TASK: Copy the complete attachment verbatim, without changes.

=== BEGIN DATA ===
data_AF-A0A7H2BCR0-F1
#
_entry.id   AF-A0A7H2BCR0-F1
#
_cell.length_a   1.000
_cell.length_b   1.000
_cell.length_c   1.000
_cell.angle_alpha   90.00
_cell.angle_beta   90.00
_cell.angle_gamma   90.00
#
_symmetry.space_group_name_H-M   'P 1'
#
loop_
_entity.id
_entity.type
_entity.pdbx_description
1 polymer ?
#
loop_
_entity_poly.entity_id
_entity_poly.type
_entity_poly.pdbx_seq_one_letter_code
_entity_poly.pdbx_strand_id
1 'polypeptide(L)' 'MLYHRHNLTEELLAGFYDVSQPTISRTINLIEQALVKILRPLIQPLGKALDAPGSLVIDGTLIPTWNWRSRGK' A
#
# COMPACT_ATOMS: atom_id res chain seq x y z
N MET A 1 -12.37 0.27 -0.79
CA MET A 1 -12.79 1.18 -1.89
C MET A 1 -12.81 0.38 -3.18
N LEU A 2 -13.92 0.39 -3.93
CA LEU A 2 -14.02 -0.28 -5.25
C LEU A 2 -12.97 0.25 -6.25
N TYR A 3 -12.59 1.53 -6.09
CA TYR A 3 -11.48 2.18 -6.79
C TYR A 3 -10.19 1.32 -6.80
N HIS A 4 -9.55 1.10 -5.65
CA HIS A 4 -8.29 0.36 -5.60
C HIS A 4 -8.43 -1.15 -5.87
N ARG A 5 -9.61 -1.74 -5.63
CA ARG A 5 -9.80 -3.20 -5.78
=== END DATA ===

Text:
data_AF-A0A7H2BCR0-F1
#
_entry.id   AF-A0A7H2BCR0-F1
#
_cell.length_a   1.000
_cell.length_b   1.000
_cell.length_c   1.000
_cell.angle_alpha   90.00
_cell.angle_beta   90.00
_cell.angle_gamma   90.00
#
_symmetry.space_group_name_H-M   'P 1'
#
loop_
_entity.id
_entity.type
_entity.pdbx_description
1 polymer ?
#
loop_
_entity_poly.entity_id
_entity_poly.type
_entity_poly.pdbx_seq_one_letter_code
_entity_poly.pdbx_strand_id
1 'polypeptide(L)' 'MLYHRHNLTEELLAGFYDVSQPTISRTINLIEQALVKILRPLIQPLGKALDAPGSLVIDGTLIPTWNWRSRGK' A
#
# COMPACT_ATOMS: atom_id res chain seq x y z
N MET A 1 -12.37 0.27 -0.79
CA MET A 1 -12.79 1.18 -1.89
C MET A 1 -12.81 0.38 -3.18
N LEU A 2 -13.92 0.39 -3.93
CA LEU A 2 -14.02 -0.28 -5.25
C LEU A 2 -12.97 0.25 -6.25
N TYR A 3 -12.59 1.53 -6.09
CA TYR A 3 -11.48 2.18 -6.79
C TYR A 3 -10.19 1.32 -6.80
N HIS A 4 -9.55 1.10 -5.65
CA HIS A 4 -8.29 0.36 -5.60
C HIS A 4 -8.43 -1.15 -5.87
N ARG A 5 -9.61 -1.74 -5.63
CA ARG A 5 -9.80 -3.20 -5.78